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8° Fahrenheit Ice Cream: a different approach to ice cream

Ice cream is quite possibly my favorite food in existence, and crepes are a close second. When I was told that there was a place in town that served both I nearly lost it. 8° Fahrenheit Ice Cream, located in heart of Campustown, specializes in Thai fried ice cream. This ice cream requires the use of a cold grill that is chilled down to 8 degrees fahrenheit, and turns cream into sweet, delicious ice cream. I have never experienced anything like this and had no idea what to expect.

Thai fried ice cream originated in Thailand, where traditionally it was served as a street vendor food. It made its way to the United States fairly recently and has been gaining popularity ever since. Often the ingredients used are fresh fruit, or you can choose more decedent items like cookies or brownies. They are combined with cream on top of the grill and it freezes as it is mixed, thus creating a confection that would please any ice cream lover. I certainly hoped that would be the case for me.

The first thing I noticed when I walked into the location was how open it was. The kitchen was completely exposed, showcasing all of the equipment that was needed to make the food. There was a standard crepe griddle used to make giant crepes (I was already salivating) as well as a square metal surface which looked extremely cold to the touch. I assumed that was where the ice cream was prepared but I was still unsure of how they made it. I could hardly contain my excitement.

The menu displayed some pretty delicious looking options, such as a variety of sweet and savory crepes, and even healthier options like vegetable smoothies. Despite these yummy looking items, I was there for one thing. I looked at the ice cream menu and they had a lot of standard flavors that would be featured at other ice cream places, like chocolate or strawberry, but they had matcha and Thai tea flavors as well. If that is not enough, you can choose up to two additional toppings. In the end I decide to go with the espresso flavored ice cream topped with strawberries and whipped cream for $5.50. My friend decided on a nutella crepe with strawberries and bananas for $4.99.

Now this was the part I was anxiously waiting for: the ice cream. I was so happy that there was only a window separating me from the kitchen. I got to see the entire process, and I was not disappointed. The process started by pouring the cream onto the grill, and then some spatulas that looked very much like paint scrapers to chop up the ingredients and mix it with the cream. Once it became more solid it was spread thinly on the grill in a rectangular shape. The next step was to scrape the ice cream off of the grill and form it into rolls. Then the rolls were placed in a cup and finished with the toppings.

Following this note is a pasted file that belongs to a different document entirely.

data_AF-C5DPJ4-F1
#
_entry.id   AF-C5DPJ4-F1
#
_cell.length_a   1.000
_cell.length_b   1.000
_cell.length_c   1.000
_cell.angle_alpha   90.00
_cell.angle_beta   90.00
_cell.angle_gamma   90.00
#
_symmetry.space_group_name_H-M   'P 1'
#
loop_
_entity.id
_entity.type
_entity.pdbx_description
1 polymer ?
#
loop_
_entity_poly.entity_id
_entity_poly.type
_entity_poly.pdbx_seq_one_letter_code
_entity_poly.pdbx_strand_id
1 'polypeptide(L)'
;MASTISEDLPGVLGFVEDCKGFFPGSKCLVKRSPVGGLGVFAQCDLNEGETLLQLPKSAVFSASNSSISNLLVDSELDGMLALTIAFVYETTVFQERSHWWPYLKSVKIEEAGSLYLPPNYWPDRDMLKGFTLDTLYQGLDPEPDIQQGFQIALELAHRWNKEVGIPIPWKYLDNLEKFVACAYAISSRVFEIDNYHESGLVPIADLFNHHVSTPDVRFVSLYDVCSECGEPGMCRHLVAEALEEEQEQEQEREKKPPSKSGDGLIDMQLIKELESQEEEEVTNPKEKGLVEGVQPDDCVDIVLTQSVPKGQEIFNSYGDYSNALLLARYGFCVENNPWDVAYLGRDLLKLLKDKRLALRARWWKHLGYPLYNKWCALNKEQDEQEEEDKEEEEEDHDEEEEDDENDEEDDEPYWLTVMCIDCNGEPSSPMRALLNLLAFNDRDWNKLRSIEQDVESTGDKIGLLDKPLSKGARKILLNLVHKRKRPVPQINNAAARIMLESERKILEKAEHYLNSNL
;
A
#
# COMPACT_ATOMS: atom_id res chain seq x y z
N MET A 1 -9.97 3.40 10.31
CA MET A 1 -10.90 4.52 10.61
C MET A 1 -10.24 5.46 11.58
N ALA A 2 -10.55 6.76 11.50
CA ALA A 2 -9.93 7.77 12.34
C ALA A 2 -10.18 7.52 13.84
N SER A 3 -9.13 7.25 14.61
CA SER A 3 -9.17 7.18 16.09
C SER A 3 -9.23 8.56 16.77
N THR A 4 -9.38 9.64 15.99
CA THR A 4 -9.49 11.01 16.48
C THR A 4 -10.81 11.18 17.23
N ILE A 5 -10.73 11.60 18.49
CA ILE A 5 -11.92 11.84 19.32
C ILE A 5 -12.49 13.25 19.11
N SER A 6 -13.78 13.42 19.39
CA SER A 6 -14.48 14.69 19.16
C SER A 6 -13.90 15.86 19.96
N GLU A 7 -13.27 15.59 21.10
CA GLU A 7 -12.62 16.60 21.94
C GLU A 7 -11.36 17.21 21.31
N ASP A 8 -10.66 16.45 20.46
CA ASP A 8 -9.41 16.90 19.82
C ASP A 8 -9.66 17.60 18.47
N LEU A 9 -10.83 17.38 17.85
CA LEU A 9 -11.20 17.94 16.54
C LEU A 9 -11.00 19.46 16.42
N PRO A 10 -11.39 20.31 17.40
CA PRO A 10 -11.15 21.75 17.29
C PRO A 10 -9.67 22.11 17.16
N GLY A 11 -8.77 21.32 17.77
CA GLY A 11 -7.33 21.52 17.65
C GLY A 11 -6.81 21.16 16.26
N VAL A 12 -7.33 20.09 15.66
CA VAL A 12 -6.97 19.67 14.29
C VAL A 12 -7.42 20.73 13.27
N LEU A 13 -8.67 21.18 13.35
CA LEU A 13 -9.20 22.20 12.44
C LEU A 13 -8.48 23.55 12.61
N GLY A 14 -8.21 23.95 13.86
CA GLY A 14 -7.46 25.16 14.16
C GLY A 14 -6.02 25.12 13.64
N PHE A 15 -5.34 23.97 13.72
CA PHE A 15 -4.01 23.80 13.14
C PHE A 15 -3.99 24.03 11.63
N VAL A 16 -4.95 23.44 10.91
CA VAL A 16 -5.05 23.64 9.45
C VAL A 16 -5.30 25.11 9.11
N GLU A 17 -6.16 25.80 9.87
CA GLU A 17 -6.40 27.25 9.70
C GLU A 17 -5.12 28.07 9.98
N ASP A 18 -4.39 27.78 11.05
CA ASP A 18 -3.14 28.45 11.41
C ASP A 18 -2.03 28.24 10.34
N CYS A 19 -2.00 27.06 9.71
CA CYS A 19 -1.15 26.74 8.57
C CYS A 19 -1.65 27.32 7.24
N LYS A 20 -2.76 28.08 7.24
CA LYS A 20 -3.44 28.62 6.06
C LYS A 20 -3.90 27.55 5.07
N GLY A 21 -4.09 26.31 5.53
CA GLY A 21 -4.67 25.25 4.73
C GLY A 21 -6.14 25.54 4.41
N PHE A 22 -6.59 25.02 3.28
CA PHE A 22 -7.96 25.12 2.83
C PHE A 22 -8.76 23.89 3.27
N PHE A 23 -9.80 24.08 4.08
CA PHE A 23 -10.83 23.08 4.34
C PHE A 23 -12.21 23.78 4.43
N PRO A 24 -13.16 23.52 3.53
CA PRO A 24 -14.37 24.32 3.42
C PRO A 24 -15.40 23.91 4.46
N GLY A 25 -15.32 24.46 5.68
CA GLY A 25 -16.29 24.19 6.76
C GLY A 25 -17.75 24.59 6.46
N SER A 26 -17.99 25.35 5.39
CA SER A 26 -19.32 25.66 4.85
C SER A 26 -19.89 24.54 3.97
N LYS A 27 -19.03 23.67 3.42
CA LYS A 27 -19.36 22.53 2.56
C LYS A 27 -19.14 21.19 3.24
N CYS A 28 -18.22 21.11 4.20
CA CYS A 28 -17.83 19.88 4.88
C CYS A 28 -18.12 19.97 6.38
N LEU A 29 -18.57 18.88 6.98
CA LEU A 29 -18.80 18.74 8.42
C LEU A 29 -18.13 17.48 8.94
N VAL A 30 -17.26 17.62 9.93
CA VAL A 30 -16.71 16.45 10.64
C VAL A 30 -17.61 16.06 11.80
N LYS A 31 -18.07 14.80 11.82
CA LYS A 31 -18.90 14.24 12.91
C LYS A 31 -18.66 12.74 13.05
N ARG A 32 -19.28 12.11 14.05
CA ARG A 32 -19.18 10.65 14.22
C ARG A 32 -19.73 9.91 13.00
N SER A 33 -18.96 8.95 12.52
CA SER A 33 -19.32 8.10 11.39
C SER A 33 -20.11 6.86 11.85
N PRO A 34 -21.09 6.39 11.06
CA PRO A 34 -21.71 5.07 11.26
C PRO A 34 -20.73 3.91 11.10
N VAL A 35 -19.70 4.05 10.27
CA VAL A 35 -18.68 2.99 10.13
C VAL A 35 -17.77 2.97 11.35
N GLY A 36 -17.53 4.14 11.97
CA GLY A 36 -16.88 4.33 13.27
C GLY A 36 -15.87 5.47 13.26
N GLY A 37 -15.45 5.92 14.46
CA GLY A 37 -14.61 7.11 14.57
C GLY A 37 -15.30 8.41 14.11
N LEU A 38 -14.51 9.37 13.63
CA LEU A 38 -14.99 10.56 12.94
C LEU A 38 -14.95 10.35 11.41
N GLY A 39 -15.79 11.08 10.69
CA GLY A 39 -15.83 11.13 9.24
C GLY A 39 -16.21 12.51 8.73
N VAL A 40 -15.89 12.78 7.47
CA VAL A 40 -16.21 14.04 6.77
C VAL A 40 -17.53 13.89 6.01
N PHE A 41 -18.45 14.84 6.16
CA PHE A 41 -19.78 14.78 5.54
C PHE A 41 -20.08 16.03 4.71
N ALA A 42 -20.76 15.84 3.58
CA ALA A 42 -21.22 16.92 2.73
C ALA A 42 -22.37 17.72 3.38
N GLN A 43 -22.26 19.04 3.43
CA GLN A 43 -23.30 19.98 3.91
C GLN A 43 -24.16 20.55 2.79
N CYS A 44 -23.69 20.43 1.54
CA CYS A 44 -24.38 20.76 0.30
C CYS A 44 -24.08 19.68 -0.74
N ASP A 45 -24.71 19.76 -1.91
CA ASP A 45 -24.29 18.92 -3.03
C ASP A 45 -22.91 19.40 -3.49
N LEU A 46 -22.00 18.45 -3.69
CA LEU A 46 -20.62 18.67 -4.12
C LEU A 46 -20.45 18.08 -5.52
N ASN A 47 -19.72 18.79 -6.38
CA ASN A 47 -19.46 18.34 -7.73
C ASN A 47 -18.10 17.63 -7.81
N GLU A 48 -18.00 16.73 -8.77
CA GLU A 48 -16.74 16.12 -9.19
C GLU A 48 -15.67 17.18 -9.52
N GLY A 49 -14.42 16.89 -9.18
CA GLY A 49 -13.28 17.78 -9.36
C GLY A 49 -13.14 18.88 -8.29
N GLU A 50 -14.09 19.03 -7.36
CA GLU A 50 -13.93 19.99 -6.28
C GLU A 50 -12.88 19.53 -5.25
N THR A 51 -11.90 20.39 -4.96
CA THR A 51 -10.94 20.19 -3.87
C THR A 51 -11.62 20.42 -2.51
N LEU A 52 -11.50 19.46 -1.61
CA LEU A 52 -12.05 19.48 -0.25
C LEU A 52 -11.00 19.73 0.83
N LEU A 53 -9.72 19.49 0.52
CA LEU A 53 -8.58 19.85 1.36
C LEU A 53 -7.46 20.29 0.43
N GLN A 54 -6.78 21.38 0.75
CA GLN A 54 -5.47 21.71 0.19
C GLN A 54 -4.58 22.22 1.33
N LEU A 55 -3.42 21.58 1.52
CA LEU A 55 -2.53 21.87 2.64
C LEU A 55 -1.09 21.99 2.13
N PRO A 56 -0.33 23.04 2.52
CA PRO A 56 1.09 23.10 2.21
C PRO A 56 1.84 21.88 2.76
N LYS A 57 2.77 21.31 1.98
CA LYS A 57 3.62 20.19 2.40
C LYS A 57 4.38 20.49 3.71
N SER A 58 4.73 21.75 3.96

Watching the crepe being made was equally as fun. The batter was poured onto the griddle and was spread with a wooden utensil in a circular motion. Much like a pancake, crepes are done when the side facing up looks dry and the bottom is browned. While still warm, the crepe was spread liberally with Nutella, fresh fruit, and folded into thirds. It was a beautiful sight to behold.

I had one of those rare moments where I did not want to eat it because it looked so pretty, but my hunger always wins out and I dug into the ice cream first. The flavor was on point; the coffee was not overbearing in any way. Espresso can sometimes add a bitterness to food that can make it a bit overwhelming, but when done right there is a subtle taste of cocoa that finishes well. The strawberries gave another element to the flavor by adding a tart sweetness that paired well with the coffee. The texture was definitely different from what I am used to; it was almost flakey rather than creamy like normal ice cream. The only downside was that the rolls of ice cream were a little difficult to eat. I developed a strategy of taking off one layer of the roll at a time. It proved to be most effective.

The crepe was just as good. There was a perfect amount of Nutella so that it did not bleed through and make a soggy crepe. It also did not mask the flavor of the crepe, which was slightly sweet with just a smidge of vanilla. One of my favorite flavor combinations is Nutella and banana, so it was a winner for me from the start. The nutty quality of Nutella balanced beautifully with the banana, mostly because bananas cut the richness of the spread. Again the strawberries added a tartness that made the Nutella less rich. Much like the ice cream, the crepe was a little difficult to eat because it was placed in a paper holder rather than a plate, but in the end it did not make a difference in the taste.

I would definitely say that this was one of my favorite ice cream experiences. If you are looking for something new and exciting, I would highly reccomend 8° Fahrenheit Ice Cream. I had so much fun watching the food being made as well as eating it, and I can not wait to go back and try more flavor combinations!

8° Fahrenheit is located at 508 East Green Street and is open Monday through Sunday, noon to 11 p.m.

All photos by Merry Thomas. 

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